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The Insurance Industry’s Role in the Opioid Epidemic

The Insurance Industry's Role in the Opioid Crisis | Brown & Joseph, LLC


Drug overdose is now the leading cause of unintentional death in the U.S.

Opioid abuse was declared a nationwide public health emergency in October 2017 after the number of deaths in the U.S. from opioid abuse rose to over 40,000 per year.

In March of 2020 the American Medical Association (AMA) reported that opioid abuse has increased due to the ongoing COVID-19 pandemic.

More than 40 states have recorded increases in opioid-related deaths since the pandemic began, according to the AMA.

This fact underscores the urgent need to remove barriers to evidence-based treatment for those with a substance use disorder as well as for harm reduction services.

Graph from the CDC

A recent study by the National Safety Council (NSC) found that only 13 states and the District of Columbia are taking the correct measures to eliminate opioid overdoses.

There were 8 states that the report marked “failing” to combat the crisis, which included Arkansas, Iowa, Kansas, Missouri, Montana, North Dakota, Oregon and Wyoming.

“While we see some states improving, we still have too many that need to wake up to this crisis,” said Deborah Hersman, president and CEO of the National Safety Council, in a statement.

“We hope states adopt the recommended actions laid out here so we can eliminate preventable opioid deaths and stop an everyday killer.”

The Centers for Disease Control and Prevention estimates that the total “economic burden” of prescription opioid misuse in the U.S. adds up to over $78 billion a year, including lost productivity, addiction treatment, criminal justice involvement and the cost of healthcare.

Furthermore, a survey by the NSC found that 75% of employers say opioid abuse has impacted their workplace.

Barriers to treatment

NPR published a story last month about two parents who had lost their daughter to opioid use.

Katy Sexton had been attempting to fill a prescription for buprenorphine, an alternative drug used to control opioid cravings, but her insurance company required a waiting period before she could get her prescription.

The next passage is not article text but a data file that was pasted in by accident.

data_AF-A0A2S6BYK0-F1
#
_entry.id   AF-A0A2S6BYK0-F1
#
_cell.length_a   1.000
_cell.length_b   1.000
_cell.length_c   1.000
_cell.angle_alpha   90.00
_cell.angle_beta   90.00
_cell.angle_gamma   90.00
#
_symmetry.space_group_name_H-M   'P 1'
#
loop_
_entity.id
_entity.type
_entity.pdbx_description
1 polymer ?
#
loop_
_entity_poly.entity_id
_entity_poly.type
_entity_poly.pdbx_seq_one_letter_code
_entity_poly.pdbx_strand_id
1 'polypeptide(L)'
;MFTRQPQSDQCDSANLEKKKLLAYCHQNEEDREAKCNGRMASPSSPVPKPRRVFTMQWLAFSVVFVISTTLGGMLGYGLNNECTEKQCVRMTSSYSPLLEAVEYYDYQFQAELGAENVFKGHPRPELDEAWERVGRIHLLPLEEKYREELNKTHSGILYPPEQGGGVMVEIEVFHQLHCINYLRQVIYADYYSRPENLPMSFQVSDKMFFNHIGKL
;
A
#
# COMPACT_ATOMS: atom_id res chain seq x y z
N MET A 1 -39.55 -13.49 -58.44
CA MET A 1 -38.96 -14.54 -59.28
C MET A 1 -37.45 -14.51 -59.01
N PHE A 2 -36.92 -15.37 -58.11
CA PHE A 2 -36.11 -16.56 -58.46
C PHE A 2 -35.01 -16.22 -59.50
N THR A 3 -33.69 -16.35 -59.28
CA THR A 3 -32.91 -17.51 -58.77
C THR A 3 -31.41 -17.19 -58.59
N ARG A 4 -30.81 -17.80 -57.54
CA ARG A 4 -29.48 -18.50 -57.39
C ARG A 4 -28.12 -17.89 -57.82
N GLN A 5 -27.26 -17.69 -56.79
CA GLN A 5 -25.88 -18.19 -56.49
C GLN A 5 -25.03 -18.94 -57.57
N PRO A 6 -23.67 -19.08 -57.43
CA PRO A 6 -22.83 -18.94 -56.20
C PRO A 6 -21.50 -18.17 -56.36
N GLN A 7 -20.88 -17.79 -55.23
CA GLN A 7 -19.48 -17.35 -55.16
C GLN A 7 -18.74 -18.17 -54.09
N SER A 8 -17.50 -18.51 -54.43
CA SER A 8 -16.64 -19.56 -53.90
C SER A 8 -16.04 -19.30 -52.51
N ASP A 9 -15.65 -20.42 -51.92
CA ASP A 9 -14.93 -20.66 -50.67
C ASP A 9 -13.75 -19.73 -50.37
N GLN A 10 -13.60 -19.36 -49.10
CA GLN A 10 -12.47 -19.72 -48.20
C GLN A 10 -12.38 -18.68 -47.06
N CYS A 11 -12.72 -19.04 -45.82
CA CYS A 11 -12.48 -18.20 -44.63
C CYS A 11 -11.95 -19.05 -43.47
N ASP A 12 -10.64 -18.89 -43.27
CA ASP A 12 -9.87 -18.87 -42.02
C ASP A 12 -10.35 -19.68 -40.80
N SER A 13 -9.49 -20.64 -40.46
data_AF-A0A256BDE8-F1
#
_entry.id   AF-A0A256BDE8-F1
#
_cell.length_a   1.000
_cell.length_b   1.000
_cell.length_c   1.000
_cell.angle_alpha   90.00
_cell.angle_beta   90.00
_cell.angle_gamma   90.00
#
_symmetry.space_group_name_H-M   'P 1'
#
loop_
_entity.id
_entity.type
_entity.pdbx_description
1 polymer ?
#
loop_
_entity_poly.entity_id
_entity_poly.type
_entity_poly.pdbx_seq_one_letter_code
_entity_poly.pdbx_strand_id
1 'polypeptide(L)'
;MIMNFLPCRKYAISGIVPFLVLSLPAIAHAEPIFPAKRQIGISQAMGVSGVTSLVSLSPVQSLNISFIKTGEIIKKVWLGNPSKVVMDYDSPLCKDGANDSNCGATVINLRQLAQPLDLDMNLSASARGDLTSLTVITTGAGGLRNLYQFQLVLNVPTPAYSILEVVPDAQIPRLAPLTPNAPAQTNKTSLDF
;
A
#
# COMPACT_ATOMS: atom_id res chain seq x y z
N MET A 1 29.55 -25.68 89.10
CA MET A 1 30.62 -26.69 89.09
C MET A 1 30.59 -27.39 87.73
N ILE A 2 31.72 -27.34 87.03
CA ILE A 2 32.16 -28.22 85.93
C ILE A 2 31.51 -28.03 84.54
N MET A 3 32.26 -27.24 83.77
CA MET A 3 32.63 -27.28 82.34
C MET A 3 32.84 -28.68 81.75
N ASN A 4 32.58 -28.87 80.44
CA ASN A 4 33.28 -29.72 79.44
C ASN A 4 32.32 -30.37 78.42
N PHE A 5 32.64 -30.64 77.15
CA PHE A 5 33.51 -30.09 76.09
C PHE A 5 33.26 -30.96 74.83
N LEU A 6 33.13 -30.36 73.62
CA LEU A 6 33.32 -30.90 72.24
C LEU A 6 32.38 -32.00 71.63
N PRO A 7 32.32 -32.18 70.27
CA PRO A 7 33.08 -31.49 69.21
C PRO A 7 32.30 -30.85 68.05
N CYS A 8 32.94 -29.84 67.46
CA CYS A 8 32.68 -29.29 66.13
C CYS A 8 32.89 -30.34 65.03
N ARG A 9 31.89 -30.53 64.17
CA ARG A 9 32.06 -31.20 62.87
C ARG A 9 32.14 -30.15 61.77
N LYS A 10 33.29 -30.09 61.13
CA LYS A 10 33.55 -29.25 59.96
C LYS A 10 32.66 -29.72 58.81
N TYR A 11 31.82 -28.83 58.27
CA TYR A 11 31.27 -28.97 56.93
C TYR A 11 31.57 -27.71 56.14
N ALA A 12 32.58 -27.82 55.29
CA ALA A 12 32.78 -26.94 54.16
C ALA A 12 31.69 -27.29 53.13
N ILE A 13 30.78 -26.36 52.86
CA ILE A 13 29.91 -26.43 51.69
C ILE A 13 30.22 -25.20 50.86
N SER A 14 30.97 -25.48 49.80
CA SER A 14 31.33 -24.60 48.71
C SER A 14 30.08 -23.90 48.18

Sexton died on October 31, 2017, with lethal amounts of fentanyl in her system, and no buprenorphine to save her.

Insurance companies impose prior authorization for certain medications, sometimes for cost reasons or sometimes because they think another treatment is preferable. These restrictions vary by company and by state.

Some major insurance carriers recently dropped their prior authorization requirement for buprenorphine and Massachusetts just passed legislation removing prior authorization for buprenorphine.

Other barriers include restrictions on who can prescribe buprenorphine and caps on how many patients they can prescribe to.

These restrictions were reasonable when the medicine was first approved in 2002, but now they are unnecessary.

Initiating change to fight the opioid epidemic

Opioid-related lawsuits are on the rise for the makers and distributors of prescription drugs.

A class-action lawsuit was filed on Wednesday, May 2 against several drugmakers in 5 states: California, Illinois, Massachusetts, New York and New Jersey.

The defendants are being accused of causing a rise in health insurance premiums over the past two decades due to the opioid crisis.

The suits aim to represent people who bought insurance in the 5 states.

The distributors are charged with “unlawful and unfair misconduct” and alleges the distributors “engaged in misconduct, including their knowing and reckless failure to prevent the rampant diversion of opioids.”

Medicaid has historically filled critical gaps in responding to public health crises, such as the AIDS epidemic in the 1980s, the Flint water crisis, and numerous natural disasters since the program originated.

As with these other public health crises, Medicaid helps to address the opioid epidemic by providing access to coverage and necessary health care.